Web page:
Spa therapy in country to be standardised
Instead of helping her de-stress, an Ayurvedic massage at a Khar-based spa last year left 32-year-old Kiran More (name changed to protect identity) with a pain under her shoulder.mumbai Updated: Feb 21, 2012 02:04 IST
Instead of helping her de-stress, an Ayurvedic massage at a Khar-based spa last year left 32-year-old Kiran More (name changed to protect identity) with a pain under her shoulder.
"The pain lasted for two days. The masseur, presumably with no knowledge of English or Hindi, didn't understand when I told her to exert less pressure on my body," said More, who works in a multinational company and was in the city on vacation.
Such instances have prompted the National Accreditation Board of Hospitals and Healthcare (NABH) to standardise spa therapy in the country. The NABH, with the Ministry of Tourism, will plan a uniform syllabus for twelve major spa-training institutes. "There are no standards for training spa therapists in India. We want to bridge this gap. The tourism ministry has promised to fund the initiative," said Dr Bhawana Gulati, assistant director, NABH.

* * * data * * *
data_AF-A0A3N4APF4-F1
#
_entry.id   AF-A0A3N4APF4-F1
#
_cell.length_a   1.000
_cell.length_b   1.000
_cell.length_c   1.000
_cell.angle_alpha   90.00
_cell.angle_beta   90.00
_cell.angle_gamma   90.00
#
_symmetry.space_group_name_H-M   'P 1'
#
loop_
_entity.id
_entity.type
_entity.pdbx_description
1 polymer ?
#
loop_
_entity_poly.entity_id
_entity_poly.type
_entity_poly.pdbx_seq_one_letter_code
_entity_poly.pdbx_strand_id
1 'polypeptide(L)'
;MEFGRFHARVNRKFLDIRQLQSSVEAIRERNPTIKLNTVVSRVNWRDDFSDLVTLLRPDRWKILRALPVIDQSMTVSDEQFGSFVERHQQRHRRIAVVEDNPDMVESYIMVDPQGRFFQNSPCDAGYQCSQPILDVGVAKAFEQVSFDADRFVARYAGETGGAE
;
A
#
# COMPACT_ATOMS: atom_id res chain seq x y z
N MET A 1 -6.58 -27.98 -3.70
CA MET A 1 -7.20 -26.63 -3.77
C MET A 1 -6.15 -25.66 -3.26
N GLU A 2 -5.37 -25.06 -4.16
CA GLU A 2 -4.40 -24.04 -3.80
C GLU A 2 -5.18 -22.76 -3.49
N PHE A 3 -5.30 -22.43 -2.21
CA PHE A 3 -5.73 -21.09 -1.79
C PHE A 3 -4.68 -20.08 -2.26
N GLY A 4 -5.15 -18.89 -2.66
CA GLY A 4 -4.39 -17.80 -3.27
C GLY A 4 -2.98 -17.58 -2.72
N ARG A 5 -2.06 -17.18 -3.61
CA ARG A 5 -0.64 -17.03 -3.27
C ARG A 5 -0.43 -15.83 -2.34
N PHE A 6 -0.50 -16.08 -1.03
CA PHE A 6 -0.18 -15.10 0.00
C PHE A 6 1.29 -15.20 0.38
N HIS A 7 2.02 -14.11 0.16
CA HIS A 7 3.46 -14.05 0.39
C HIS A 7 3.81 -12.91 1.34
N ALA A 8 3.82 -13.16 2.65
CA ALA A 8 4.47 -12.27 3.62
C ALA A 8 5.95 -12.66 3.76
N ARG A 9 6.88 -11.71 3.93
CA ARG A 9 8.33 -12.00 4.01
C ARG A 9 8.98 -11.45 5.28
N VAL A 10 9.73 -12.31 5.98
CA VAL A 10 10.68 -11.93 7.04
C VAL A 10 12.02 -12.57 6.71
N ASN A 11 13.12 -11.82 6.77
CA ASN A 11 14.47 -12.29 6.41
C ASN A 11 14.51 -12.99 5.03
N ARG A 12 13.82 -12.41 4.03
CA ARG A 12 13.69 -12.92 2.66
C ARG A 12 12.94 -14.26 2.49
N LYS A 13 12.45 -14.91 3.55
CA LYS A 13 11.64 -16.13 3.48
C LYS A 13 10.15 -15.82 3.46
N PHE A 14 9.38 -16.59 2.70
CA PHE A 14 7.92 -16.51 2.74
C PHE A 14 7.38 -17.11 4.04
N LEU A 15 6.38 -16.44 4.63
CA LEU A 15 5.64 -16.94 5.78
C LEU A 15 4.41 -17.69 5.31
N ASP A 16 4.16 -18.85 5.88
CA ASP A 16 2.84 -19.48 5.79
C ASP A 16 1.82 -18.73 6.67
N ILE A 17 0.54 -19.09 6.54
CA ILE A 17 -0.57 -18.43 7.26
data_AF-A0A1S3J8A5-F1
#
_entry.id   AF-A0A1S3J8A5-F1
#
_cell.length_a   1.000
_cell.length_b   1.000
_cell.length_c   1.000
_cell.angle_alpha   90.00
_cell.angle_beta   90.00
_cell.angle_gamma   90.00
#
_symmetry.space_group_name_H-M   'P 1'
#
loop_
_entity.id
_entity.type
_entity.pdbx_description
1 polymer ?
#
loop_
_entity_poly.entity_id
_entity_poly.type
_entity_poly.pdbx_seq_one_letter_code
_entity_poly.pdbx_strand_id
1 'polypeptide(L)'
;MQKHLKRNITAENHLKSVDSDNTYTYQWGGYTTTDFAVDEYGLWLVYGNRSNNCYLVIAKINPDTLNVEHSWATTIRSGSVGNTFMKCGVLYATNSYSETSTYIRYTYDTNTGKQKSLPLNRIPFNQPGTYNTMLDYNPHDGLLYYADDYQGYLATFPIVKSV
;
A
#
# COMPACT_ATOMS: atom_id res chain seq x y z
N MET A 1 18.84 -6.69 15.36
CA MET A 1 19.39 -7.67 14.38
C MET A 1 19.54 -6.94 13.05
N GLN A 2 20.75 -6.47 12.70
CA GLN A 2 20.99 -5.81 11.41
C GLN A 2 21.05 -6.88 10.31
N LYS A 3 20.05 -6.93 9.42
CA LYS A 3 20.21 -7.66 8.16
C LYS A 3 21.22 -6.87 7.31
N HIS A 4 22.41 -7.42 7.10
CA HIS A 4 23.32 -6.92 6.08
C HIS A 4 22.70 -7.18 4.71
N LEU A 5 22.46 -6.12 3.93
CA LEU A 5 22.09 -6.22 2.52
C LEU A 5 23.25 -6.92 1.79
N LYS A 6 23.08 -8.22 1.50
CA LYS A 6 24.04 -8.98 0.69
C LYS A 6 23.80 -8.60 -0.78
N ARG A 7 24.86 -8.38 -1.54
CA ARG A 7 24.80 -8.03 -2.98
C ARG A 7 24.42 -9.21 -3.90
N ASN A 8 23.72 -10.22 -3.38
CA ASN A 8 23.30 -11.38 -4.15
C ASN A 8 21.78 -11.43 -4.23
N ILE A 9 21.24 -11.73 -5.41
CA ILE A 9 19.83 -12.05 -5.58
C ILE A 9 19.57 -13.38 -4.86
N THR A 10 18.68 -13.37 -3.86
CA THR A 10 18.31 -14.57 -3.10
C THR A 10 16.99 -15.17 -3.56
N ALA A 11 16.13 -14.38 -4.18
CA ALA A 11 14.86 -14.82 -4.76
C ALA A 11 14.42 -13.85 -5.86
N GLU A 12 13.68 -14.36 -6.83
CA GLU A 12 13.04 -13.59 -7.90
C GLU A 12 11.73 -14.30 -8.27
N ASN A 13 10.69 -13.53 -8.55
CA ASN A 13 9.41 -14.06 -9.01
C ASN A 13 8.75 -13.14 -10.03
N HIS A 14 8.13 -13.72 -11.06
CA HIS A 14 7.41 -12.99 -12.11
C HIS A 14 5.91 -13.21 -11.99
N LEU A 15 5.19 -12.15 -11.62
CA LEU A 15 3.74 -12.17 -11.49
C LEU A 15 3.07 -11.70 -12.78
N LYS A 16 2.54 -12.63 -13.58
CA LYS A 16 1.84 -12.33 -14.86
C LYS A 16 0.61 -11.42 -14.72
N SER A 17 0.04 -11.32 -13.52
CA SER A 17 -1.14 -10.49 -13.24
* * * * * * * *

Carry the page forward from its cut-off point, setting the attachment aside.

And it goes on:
Many major institutes in the country are affiliated to two major spa-training institutes, at London and Zurich respectively. The Ayurveda treatment is taught in schools at Kerala. Only those spas that are accredited by the NABH are promoted by the tourism ministry. In Mumbai, only the Peddar Road and Juhu branches of Kaya clinic are NABH accredited.
"Spa therapy is very technical and hands-on. There are spa therapy schools in every nook and corner, but everyone who steps out of them isn't a professional therapist," said Kamal Singh Rana, a professional therapist, who assists the spa manager at the Four Seasons Hotel, Worli.
He said many clients complain of complications such as skin ailments, burns, muscle or bone injury, after dissatisfactory treatment. "The brand and people's perception towards the industry is affected. Standardisation could help the industry in a big way," said Rana.